Kathleen nodded in reply. She also felt excited and pleased and completely carried out of herself.
Susy ushered her visitors with great pride and pomp into Mrs. Church’s little sitting-room. Really she felt herself quite rising in the social scale as she saw her old relative dressed in her best, with the manners she used to wear when she was housekeeper at Lord Henshel’s, and with that most appetizing, most recherche tea on the table.
“I will be back in a minute,” said Susy.—“Aunt Church, here they are, and I know you will give them welcome.”
“I am proud to do that,” said Mrs. Church. “I presume I am talking to Miss O’Flynn? Will you take a chair here by the fire, miss? I’m afraid the night is a little bit chilly.—Miss Kathleen, I wish I could get up and offer you a seat, but as it is—”
“Oh, nonsense!” said Kathleen. “What are young legs for if not to wait on old legs? Oh, what a heavenly, delicious tea! What is that I see? Honey! Oh, don’t I just adore honey? Don’t you, Aunt Katie?”
“That I do,” said Miss O’Flynn; “and I eat it comb and all. It never yet disagreed with me; but then I’ve got the digestion of an ostrich.”
“Indeed, then, madam, I think you are rather silly to eat the comb,” said Mrs. Church; “and you ought always to put butter on your bread when you eat honey. My poor mother told me so, and I have always followed in her steps. If you butter your bread and don’t eat the comb, honey agrees with you as well as anything else.”
“Mrs. Church,” said Kathleen, “you are perfectly sweet, and I can’t tell you how grateful we are; but we are in something of a hurry, so perhaps you wouldn’t mind telling the rest of that story about butter and honey to Aunt Katie when you are in Ireland. Have you made the tea, Mrs. Church? Shall I make it?”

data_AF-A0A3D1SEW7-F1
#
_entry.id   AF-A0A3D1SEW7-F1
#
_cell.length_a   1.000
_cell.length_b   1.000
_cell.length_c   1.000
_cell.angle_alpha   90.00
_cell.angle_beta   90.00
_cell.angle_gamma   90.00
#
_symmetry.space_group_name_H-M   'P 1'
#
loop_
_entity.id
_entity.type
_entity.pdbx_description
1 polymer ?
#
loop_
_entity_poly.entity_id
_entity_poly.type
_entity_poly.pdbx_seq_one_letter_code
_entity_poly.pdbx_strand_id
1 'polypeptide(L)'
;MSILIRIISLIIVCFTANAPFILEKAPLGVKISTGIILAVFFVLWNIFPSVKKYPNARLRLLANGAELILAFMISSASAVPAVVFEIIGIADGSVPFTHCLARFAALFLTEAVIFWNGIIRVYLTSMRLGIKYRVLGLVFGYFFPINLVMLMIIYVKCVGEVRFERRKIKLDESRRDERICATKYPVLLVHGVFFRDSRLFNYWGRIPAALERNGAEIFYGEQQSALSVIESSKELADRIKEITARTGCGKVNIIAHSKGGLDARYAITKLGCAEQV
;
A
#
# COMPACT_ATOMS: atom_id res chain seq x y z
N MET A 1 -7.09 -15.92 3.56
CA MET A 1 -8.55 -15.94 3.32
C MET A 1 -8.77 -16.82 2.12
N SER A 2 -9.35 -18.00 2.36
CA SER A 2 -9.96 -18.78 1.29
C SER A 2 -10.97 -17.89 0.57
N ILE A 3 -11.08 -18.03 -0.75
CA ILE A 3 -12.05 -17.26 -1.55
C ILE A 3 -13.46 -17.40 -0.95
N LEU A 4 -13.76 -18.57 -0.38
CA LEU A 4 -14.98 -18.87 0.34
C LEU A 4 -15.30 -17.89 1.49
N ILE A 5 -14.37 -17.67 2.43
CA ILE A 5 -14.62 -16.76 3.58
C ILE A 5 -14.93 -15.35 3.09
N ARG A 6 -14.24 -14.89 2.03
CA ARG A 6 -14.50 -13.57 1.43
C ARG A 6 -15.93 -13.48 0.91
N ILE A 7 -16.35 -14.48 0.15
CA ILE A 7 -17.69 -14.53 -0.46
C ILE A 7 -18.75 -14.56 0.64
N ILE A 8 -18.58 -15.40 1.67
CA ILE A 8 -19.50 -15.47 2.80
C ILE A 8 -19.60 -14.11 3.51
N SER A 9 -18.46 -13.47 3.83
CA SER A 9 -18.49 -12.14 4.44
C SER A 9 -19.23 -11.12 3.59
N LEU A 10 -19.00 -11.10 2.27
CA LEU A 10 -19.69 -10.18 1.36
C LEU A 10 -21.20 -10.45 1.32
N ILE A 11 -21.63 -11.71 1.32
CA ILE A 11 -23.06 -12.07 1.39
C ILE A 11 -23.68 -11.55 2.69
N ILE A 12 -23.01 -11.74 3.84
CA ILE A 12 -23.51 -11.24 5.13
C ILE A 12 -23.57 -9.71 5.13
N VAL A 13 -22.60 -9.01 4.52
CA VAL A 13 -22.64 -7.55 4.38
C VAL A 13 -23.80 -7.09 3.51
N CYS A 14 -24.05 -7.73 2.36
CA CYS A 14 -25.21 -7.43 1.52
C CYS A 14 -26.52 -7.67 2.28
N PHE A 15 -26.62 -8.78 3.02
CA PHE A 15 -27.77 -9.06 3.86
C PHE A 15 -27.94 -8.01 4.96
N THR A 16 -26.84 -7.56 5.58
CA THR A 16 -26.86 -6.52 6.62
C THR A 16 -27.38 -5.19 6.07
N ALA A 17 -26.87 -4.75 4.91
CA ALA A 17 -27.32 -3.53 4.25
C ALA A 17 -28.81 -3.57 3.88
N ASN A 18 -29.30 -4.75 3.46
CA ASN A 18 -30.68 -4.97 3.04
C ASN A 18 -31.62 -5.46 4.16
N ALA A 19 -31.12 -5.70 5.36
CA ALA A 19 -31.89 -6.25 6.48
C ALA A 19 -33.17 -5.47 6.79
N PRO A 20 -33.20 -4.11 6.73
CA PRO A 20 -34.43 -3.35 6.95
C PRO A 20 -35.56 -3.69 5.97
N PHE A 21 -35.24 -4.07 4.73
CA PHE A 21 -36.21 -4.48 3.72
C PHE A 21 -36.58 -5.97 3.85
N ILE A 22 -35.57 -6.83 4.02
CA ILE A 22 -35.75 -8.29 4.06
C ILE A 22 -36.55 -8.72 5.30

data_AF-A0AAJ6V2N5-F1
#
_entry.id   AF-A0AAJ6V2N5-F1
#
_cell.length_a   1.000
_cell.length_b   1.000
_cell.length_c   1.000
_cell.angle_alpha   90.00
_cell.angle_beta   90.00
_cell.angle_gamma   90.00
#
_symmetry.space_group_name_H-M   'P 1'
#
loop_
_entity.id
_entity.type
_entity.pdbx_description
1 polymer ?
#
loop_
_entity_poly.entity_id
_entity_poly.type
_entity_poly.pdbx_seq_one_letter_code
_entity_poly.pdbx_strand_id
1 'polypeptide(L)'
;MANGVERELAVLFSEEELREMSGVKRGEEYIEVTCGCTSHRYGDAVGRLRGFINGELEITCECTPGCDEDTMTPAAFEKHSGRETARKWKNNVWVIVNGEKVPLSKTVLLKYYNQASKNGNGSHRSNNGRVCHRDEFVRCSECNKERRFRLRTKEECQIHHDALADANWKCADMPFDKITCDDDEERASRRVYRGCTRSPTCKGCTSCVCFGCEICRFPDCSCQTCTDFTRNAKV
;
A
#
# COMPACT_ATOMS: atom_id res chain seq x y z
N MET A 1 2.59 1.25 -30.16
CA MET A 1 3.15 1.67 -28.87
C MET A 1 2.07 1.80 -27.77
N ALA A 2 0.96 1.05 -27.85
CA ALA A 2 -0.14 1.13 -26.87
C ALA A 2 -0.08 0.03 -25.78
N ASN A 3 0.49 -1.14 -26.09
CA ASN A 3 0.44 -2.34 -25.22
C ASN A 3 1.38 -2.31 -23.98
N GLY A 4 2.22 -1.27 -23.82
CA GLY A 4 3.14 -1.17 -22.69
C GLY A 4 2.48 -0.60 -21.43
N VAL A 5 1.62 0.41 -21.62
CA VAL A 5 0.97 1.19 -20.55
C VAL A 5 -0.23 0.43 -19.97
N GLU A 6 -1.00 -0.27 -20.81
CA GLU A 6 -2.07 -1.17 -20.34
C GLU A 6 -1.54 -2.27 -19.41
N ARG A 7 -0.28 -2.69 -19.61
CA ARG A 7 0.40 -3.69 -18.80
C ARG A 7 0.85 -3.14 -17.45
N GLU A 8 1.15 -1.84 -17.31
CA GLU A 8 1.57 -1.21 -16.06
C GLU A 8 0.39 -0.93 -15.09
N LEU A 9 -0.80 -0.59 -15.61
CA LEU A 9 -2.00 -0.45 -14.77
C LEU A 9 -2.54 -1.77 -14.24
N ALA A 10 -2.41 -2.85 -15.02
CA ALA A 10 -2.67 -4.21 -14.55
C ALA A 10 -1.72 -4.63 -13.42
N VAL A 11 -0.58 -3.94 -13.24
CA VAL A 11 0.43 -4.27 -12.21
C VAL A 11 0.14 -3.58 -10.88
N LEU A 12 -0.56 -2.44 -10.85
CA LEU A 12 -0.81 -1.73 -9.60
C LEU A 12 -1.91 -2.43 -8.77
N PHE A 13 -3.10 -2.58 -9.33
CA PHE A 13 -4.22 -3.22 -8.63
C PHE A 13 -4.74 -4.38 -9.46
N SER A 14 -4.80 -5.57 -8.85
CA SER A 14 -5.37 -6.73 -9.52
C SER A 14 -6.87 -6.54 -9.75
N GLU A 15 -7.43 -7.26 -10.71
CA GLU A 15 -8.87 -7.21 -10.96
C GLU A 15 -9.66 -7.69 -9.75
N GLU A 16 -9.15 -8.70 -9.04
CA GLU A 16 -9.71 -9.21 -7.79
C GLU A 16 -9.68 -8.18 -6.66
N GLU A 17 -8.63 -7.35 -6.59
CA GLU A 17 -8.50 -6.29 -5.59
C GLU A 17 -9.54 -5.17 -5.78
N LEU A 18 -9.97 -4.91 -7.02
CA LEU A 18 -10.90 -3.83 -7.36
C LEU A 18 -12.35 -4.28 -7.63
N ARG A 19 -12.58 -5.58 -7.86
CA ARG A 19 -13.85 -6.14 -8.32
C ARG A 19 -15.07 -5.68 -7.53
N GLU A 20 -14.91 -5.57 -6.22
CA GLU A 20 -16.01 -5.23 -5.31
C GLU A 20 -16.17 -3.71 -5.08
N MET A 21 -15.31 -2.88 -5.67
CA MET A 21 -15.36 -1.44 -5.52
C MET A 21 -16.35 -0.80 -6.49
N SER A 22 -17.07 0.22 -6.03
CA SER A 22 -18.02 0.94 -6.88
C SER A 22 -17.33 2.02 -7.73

“The tea is in that little brown caddy,” said Mrs. Church, “and there’s a measuring spoon close to it. I allow—”
“Oh, I know,” said Kathleen.
She began to ladle out spoonful after spoonful and put it into the little brown teapot, which she then filled up with hot water. Mrs. Church looked on with a mingled feeling of approval and disapproval. She was being carried completely off her feet. She to give up her dear little neat house in this reckless way; she to give up her most precious tea to be absolutely wasted and practically lost—for Kathleen put in quite three times too much tea into the little teapot; she to forgive Susy’s mother two months of that debt which she owed her. Oh, what did it mean? She was going to be ruined in her old age!
“I’d just like to say, miss,” she said, looking at Miss O’Flynn and then at Kathleen—“I’d like to say that I am willing to help the young ladies, and the old ladies too for that matter, but I want to know if it is settled that I am to have the almshouse and six shillings a week. I am a plain-spoken body and I’d like to know it; for if so it can be done, I ought to give notice to the landlord of this little house, where I have lived in peace and comfort for over twelve years. I’d like to know, and as soon as possible.”